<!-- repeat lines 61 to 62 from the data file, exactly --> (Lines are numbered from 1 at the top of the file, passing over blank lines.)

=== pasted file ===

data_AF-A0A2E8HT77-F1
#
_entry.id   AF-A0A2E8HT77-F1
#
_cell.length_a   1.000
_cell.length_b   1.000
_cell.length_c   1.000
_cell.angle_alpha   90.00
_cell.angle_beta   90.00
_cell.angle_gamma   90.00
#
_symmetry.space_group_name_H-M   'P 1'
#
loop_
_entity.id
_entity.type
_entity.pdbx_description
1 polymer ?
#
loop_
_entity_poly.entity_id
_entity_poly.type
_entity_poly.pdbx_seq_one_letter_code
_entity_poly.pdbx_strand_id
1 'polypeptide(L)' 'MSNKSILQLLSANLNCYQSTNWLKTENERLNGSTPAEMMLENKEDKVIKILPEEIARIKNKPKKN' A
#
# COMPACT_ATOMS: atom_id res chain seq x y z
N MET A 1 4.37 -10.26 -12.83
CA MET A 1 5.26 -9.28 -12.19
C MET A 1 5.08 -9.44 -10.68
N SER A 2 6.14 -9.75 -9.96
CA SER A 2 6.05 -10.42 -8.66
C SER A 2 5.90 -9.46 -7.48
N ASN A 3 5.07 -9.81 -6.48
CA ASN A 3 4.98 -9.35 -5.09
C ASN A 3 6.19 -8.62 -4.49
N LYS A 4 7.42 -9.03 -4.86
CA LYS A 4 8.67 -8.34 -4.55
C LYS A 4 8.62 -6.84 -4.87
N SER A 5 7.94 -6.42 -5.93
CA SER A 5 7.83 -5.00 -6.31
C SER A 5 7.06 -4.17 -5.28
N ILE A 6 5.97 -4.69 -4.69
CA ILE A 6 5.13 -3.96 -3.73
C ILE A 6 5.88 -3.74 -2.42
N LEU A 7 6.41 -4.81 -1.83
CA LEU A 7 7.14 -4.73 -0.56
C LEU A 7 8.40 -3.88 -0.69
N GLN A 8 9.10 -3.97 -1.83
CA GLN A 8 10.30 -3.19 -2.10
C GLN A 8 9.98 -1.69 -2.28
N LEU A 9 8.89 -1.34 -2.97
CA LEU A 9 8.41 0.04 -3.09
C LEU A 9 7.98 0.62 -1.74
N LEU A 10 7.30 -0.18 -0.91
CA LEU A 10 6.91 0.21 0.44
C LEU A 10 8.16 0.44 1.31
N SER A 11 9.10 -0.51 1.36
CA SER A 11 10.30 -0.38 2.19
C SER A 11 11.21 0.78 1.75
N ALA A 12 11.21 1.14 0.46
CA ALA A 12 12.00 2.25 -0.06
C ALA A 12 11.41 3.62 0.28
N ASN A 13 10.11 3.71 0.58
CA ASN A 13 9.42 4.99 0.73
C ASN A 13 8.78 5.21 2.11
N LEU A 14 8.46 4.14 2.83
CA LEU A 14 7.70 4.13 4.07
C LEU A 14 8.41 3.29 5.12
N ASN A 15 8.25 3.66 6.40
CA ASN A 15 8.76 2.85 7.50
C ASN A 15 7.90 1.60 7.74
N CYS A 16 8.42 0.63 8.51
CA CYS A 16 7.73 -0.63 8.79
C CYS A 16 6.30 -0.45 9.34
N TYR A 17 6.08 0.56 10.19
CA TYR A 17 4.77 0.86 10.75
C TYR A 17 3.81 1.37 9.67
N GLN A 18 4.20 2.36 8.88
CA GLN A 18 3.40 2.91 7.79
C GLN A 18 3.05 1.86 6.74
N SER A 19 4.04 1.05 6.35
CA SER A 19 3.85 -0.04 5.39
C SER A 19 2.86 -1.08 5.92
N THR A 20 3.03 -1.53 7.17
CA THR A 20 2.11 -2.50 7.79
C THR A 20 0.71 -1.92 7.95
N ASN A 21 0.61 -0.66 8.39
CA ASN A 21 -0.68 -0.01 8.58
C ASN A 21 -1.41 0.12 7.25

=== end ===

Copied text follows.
N ALA A 12 11.21 1.14 0.46
CA ALA A 12 12.00 2.25 -0.06